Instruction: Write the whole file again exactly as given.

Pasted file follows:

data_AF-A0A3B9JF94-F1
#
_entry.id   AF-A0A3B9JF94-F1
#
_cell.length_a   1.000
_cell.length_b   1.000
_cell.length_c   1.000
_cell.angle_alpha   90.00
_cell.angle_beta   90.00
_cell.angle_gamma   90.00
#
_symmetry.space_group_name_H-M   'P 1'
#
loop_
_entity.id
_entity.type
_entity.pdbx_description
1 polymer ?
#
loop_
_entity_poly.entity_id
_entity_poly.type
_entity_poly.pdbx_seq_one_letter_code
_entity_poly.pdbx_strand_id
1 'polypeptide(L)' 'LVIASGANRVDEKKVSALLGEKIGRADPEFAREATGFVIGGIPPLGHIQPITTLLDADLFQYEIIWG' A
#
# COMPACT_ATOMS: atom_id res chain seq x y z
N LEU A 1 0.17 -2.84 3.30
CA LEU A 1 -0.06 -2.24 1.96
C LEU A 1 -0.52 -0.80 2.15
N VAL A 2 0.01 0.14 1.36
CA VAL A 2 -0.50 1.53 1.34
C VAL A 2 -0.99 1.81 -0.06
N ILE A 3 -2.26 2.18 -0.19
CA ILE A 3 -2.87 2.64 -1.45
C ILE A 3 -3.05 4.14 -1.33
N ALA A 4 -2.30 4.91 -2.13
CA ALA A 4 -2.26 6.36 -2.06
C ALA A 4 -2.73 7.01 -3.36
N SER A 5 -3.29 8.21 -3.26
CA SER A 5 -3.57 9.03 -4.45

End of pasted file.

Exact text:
data_AF-A0A3B9JF94-F1
#
_entry.id   AF-A0A3B9JF94-F1
#
_cell.length_a   1.000
_cell.length_b   1.000
_cell.length_c   1.000
_cell.angle_alpha   90.00
_cell.angle_beta   90.00
_cell.angle_gamma   90.00
#
_symmetry.space_group_name_H-M   'P 1'
#
loop_
_entity.id
_entity.type
_entity.pdbx_description
1 polymer ?
#
loop_
_entity_poly.entity_id
_entity_poly.type
_entity_poly.pdbx_seq_one_letter_code
_entity_poly.pdbx_strand_id
1 'polypeptide(L)' 'LVIASGANRVDEKKVSALLGEKIGRADPEFAREATGFVIGGIPPLGHIQPITTLLDADLFQYEIIWG' A
#
# COMPACT_ATOMS: atom_id res chain seq x y z
N LEU A 1 0.17 -2.84 3.30
CA LEU A 1 -0.06 -2.24 1.96
C LEU A 1 -0.52 -0.80 2.15
N VAL A 2 0.01 0.14 1.36
CA VAL A 2 -0.50 1.53 1.34
C VAL A 2 -0.99 1.81 -0.06
N ILE A 3 -2.26 2.18 -0.19
CA ILE A 3 -2.87 2.64 -1.45
C ILE A 3 -3.05 4.14 -1.33
N ALA A 4 -2.30 4.91 -2.13
CA ALA A 4 -2.26 6.36 -2.06
C ALA A 4 -2.73 7.01 -3.36
N SER A 5 -3.29 8.21 -3.26
CA SER A 5 -3.57 9.03 -4.45